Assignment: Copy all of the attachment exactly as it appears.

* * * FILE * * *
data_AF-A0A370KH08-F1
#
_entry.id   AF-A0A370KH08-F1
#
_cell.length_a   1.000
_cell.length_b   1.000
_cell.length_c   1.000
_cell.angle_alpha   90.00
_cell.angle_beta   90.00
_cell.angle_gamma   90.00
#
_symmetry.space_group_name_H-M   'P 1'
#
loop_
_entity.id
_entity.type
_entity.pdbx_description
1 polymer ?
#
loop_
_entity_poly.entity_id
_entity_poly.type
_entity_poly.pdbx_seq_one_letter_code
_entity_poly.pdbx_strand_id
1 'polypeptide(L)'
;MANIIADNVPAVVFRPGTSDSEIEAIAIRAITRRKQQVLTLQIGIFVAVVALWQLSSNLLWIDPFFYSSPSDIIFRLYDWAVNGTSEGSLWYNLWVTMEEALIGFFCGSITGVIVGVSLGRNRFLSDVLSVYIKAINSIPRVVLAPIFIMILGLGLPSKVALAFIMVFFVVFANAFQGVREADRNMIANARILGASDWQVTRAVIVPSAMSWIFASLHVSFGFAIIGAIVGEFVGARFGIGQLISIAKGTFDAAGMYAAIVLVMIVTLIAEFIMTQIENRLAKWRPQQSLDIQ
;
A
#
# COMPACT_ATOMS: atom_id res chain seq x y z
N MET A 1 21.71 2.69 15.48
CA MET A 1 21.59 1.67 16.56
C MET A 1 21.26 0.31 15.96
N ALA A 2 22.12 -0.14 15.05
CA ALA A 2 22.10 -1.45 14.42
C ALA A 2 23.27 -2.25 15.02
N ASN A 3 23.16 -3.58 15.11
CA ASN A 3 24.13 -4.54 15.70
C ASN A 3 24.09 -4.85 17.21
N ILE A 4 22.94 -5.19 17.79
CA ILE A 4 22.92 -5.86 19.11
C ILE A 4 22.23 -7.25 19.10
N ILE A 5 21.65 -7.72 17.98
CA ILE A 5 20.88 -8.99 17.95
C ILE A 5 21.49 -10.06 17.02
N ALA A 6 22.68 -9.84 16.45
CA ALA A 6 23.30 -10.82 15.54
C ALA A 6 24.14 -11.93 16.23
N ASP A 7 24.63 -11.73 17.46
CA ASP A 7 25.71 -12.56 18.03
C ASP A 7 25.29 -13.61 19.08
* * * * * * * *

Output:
data_AF-A0A370KH08-F1
#
_entry.id   AF-A0A370KH08-F1
#
_cell.length_a   1.000
_cell.length_b   1.000
_cell.length_c   1.000
_cell.angle_alpha   90.00
_cell.angle_beta   90.00
_cell.angle_gamma   90.00
#
_symmetry.space_group_name_H-M   'P 1'
#
loop_
_entity.id
_entity.type
_entity.pdbx_description
1 polymer ?
#
loop_
_entity_poly.entity_id
_entity_poly.type
_entity_poly.pdbx_seq_one_letter_code
_entity_poly.pdbx_strand_id
1 'polypeptide(L)'
;MANIIADNVPAVVFRPGTSDSEIEAIAIRAITRRKQQVLTLQIGIFVAVVALWQLSSNLLWIDPFFYSSPSDIIFRLYDWAVNGTSEGSLWYNLWVTMEEALIGFFCGSITGVIVGVSLGRNRFLSDVLSVYIKAINSIPRVVLAPIFIMILGLGLPSKVALAFIMVFFVVFANAFQGVREADRNMIANARILGASDWQVTRAVIVPSAMSWIFASLHVSFGFAIIGAIVGEFVGARFGIGQLISIAKGTFDAAGMYAAIVLVMIVTLIAEFIMTQIENRLAKWRPQQSLDIQ
;
A
#
# COMPACT_ATOMS: atom_id res chain seq x y z
N MET A 1 21.71 2.69 15.48
CA MET A 1 21.59 1.67 16.56
C MET A 1 21.26 0.31 15.96
N ALA A 2 22.12 -0.14 15.05
CA ALA A 2 22.10 -1.45 14.42
C ALA A 2 23.27 -2.25 15.02
N ASN A 3 23.16 -3.58 15.11
CA ASN A 3 24.13 -4.54 15.70
C ASN A 3 24.09 -4.85 17.21
N ILE A 4 22.94 -5.19 17.79
CA ILE A 4 22.92 -5.86 19.11
C ILE A 4 22.23 -7.25 19.10
N ILE A 5 21.65 -7.72 17.98
CA ILE A 5 20.88 -8.99 17.95
C ILE A 5 21.49 -10.06 17.02
N ALA A 6 22.68 -9.84 16.45
CA ALA A 6 23.30 -10.82 15.54
C ALA A 6 24.14 -11.93 16.23
N ASP A 7 24.63 -11.73 17.46
CA ASP A 7 25.71 -12.56 18.03
C ASP A 7 25.29 -13.61 19.08